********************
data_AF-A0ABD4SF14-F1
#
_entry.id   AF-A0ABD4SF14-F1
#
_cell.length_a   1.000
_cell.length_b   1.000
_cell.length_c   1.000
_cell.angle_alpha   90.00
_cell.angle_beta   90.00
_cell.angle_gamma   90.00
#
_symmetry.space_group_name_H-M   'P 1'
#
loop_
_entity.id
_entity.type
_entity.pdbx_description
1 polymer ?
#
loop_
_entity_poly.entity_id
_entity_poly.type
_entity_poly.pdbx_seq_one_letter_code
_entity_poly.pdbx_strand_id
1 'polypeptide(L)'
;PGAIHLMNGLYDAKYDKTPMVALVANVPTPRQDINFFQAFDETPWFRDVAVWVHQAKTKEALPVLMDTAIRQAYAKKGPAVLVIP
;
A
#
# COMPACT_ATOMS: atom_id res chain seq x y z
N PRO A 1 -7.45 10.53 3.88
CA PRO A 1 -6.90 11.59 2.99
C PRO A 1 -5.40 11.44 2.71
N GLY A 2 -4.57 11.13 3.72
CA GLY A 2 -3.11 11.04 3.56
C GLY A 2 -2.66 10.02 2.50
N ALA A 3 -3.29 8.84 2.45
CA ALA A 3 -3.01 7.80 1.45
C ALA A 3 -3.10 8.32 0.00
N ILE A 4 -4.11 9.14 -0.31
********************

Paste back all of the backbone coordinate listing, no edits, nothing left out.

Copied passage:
data_AF-A0ABD4SF14-F1
#
_entry.id   AF-A0ABD4SF14-F1
#
_cell.length_a   1.000
_cell.length_b   1.000
_cell.length_c   1.000
_cell.angle_alpha   90.00
_cell.angle_beta   90.00
_cell.angle_gamma   90.00
#
_symmetry.space_group_name_H-M   'P 1'
#
loop_
_entity.id
_entity.type
_entity.pdbx_description
1 polymer ?
#
loop_
_entity_poly.entity_id
_entity_poly.type
_entity_poly.pdbx_seq_one_letter_code
_entity_poly.pdbx_strand_id
1 'polypeptide(L)'
;PGAIHLMNGLYDAKYDKTPMVALVANVPTPRQDINFFQAFDETPWFRDVAVWVHQAKTKEALPVLMDTAIRQAYAKKGPAVLVIP
;
A
#
# COMPACT_ATOMS: atom_id res chain seq x y z
N PRO A 1 -7.45 10.53 3.88
CA PRO A 1 -6.90 11.59 2.99
C PRO A 1 -5.40 11.44 2.71
N GLY A 2 -4.57 11.13 3.72
CA GLY A 2 -3.11 11.04 3.56
C GLY A 2 -2.66 10.02 2.50
N ALA A 3 -3.29 8.84 2.45
CA ALA A 3 -3.01 7.80 1.45
C ALA A 3 -3.10 8.32 0.00
N ILE A 4 -4.11 9.14 -0.31